By now the queue was snaking along Swallow Street’s narrow pavement and the doormen started to let us in. I was about halfway down the queue and feeling distinctly uneasy, as not only have I never blagged my way in to a club of any sort, still less an event like this, I had no intention of doing so. Nonetheless, I was here, and so were Leonard and Anjani, and although it wasn’t part of my plan it seemed fairly pathetic just to go home without at least giving it a go. In addition to the doormen there were now a couple of PR-type women checking names, so I did my best to convince myself it was worth trying on a bit of the old Thoughtcat charm. I wasn’t particularly confident however, so it was with some relief that I turned round and spotted someone in the queue I recognised from… a Russell Hoban event. As you do. I mean, how likely is that? There have only ever been about three Russell Hoban ‘events’ in the past 20 years, and I organised the one we were both at myself, so it was a lovely coincidence, but a coincidence all the same.

It was great to chat again with Deena, who is possibly the only other person I know in the world who’s quite as nuts about both Len and Russ as I am. Even more oddly, she told me she was the person who’d originally won the tickets in Marie’s draw, but then had to bow out, causing the second draw – and although she was now re-available to attend, the tickets had of course been won by someone else, so she was practically no more confident than I was of getting in. That the situation seemed only to be getting more and more unlikely was confirmed when we got to the door and, albeit after a few moments of uncertainty, she was actually allowed in, yet despite her efforts to persuade the staff to let me in with her, I was asked to ‘try coming back at 6.30’. Fairly sure this was a brush-off (albeit a polite one), I bade Deena and her partner a great evening and they went inside.

Waiting for the miracle

One by one the guests went in, then, and I was left lurking ever more uneasily in Swallow Street. I decided not to risk going for a stroll in case (a) it was a ruse (they closed the doors as soon as I’d gone, (b) it was a test (how long would I actually wait?) or (c) I got sidetracked or held up, and rushed back to find everything had started and I’d blown my already slim chance of entry. While I stood there I thought about my wife at home feeding, bathing and putting to bed both our 2-year-old and 2-month-old by herself, which was difficult enough for the two of us. Shouldn’t I perhaps be realistic and do the honorable thing, and go home where I belonged? Then again, given that home was still the best part of an hour away a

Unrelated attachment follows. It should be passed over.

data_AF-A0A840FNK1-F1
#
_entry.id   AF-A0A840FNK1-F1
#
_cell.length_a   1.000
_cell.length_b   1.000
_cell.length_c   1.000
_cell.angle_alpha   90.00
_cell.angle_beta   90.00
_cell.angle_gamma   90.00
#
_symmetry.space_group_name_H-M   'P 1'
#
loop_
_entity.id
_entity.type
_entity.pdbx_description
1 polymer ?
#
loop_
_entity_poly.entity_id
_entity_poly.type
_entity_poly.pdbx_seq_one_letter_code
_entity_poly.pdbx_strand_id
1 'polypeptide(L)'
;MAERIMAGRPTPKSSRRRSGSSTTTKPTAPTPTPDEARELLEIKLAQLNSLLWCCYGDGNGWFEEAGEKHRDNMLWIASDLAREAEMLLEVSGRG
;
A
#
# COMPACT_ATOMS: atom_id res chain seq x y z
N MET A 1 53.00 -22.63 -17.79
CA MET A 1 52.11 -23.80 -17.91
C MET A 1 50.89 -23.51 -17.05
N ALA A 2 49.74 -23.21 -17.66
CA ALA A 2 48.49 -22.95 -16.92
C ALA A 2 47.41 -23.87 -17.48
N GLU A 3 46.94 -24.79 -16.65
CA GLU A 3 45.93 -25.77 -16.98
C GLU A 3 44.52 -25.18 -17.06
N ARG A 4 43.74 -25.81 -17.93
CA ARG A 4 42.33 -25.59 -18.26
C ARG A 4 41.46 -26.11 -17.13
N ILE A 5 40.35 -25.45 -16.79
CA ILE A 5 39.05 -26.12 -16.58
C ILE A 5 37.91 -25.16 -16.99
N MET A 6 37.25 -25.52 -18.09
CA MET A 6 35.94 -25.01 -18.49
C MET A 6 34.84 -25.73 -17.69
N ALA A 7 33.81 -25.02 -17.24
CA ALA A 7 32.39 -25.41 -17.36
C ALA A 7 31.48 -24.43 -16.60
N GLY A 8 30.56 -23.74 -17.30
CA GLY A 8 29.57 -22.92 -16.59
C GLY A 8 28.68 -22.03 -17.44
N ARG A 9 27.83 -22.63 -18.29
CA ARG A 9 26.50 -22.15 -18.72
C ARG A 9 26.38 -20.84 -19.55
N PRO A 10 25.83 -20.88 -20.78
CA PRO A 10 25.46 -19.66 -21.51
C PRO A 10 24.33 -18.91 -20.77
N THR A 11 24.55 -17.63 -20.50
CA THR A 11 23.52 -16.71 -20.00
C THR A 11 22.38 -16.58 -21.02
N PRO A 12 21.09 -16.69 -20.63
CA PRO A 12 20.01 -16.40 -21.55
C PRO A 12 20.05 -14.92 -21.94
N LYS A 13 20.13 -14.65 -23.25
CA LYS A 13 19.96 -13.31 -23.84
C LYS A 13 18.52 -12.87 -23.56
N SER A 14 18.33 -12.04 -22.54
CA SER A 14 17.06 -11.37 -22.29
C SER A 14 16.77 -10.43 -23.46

nd I would thus already be nearly too late to be of much help with the kids, would it not actually be more honest, now I’d got this far, to stick it out to the bitter end? I mean, surely if a guy’s going to bunk off his domestic duties to any extent, it should be for a good cause…

Such thoughts circling in my head I almost missed the re-emergence of the lady with the frizzy hair who had earlier let Deena in. ‘Can you come in now, please?’ she said. I looked around: was she talking to me? It seemed she was. There was almost a sense of urgency about it, as if I were, actually, quite an important guest. Of course, any urgency was really due to the fact that it was now 6.30 and they had to get the show on the road. ‘Sorry you had to wait around,’ she said as we went inside, ‘but it’s such a small venue that we had to make sure there was enough room to spare.’ I couldn’t believe it: firstly I was being ushered in, secondly they were apologising for keeping me waiting, and thirdly I was in anyway…

Finally I broke into the prison

The club was small, darkish, a bit smoky and packed. There was a small stage set up for three or four musicians, but no drum kit. In the ceiling hung a mesh of lilac-coloured lightbulbs. A bar which my memory is telling me was hung with silver and gold drapes took up one wall. The lady with the frizzy hair disappeared and I wasn’t sure if this was a good or bad thing; now I was on my own and everyone around me seemed achingly trendy, or at very least Of Some Import in the World of Rock. Among those I recognised was Mark Ellen, ex- of The Old Grey Whistle Test and founding editor of Q, Mojo and now The Word rock magazines. (Oddly enough, I’d also ‘bumped into’ him at the 2002 Concert for George, which I now realised with some embarrassment was the last gig I’d been to before this one.) Even Deena, who I couldn’t spot anyway, looked infinitely more the part than I did. By contrast, who was I? I was nobody, in most guests’ terms; wouldn’t they all give me funny looks? Who’s this guy, I imagined them thinking. He doesn’t look famous, or trendy, or Of Import in the World of Rock, or even particularly tall.

Almost disappointingly, my paranoia turned out to be unfounded as I squeezed past some of the approximately 100 guests. I tried calling my wife to confirm I’d got in and would be late after all, but couldn’t get a signal; I just hoped she’d get the message by my non-appearance. I made for the bar. Glasses of still water, lager and wine were lined up three deep; such was my innocence of these matters that I had to ask one of several barmen whether the drinks were free; of course they were, as were the assorted delicious bites circulating around the room on trays held aloft by small but perfectly-formed and permanently smiling young women. This was the life, I thought as I reached for some cheesy chicken-on-a-stick and surveyed the stage just a few feet away, where it still seemed impossible that Anjani and, possibly, Leonard too were about to perform.